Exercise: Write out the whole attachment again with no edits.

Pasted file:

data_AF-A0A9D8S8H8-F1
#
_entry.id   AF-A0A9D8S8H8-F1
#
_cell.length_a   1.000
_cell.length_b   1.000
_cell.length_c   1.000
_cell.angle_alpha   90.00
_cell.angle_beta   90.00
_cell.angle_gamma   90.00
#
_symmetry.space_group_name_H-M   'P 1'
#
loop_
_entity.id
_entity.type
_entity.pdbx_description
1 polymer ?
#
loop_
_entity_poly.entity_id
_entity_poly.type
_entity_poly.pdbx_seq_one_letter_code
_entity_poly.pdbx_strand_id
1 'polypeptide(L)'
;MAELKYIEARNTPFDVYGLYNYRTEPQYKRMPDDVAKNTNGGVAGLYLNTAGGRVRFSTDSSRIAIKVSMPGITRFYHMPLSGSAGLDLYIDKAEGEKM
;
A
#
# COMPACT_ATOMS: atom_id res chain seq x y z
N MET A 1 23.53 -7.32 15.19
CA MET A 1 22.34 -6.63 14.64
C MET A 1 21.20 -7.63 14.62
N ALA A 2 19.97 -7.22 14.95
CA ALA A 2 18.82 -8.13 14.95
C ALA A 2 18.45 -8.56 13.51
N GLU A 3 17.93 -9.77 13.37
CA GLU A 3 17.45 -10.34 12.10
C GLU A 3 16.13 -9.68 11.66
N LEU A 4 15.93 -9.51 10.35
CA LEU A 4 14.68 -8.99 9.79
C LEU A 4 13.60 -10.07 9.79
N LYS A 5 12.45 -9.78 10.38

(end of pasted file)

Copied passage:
data_AF-A0A9D8S8H8-F1
#
_entry.id   AF-A0A9D8S8H8-F1
#
_cell.length_a   1.000
_cell.length_b   1.000
_cell.length_c   1.000
_cell.angle_alpha   90.00
_cell.angle_beta   90.00
_cell.angle_gamma   90.00
#
_symmetry.space_group_name_H-M   'P 1'
#
loop_
_entity.id
_entity.type
_entity.pdbx_description
1 polymer ?
#
loop_
_entity_poly.entity_id
_entity_poly.type
_entity_poly.pdbx_seq_one_letter_code
_entity_poly.pdbx_strand_id
1 'polypeptide(L)'
;MAELKYIEARNTPFDVYGLYNYRTEPQYKRMPDDVAKNTNGGVAGLYLNTAGGRVRFSTDSSRIAIKVSMPGITRFYHMPLSGSAGLDLYIDKAEGEKM
;
A
#
# COMPACT_ATOMS: atom_id res chain seq x y z
N MET A 1 23.53 -7.32 15.19
CA MET A 1 22.34 -6.63 14.64
C MET A 1 21.20 -7.63 14.62
N ALA A 2 19.97 -7.22 14.95
CA ALA A 2 18.82 -8.13 14.95
C ALA A 2 18.45 -8.56 13.51
N GLU A 3 17.93 -9.77 13.37
CA GLU A 3 17.45 -10.34 12.10
C GLU A 3 16.13 -9.68 11.66
N LEU A 4 15.93 -9.51 10.35
CA LEU A 4 14.68 -8.99 9.79
C LEU A 4 13.60 -10.07 9.79
N LYS A 5 12.45 -9.78 10.38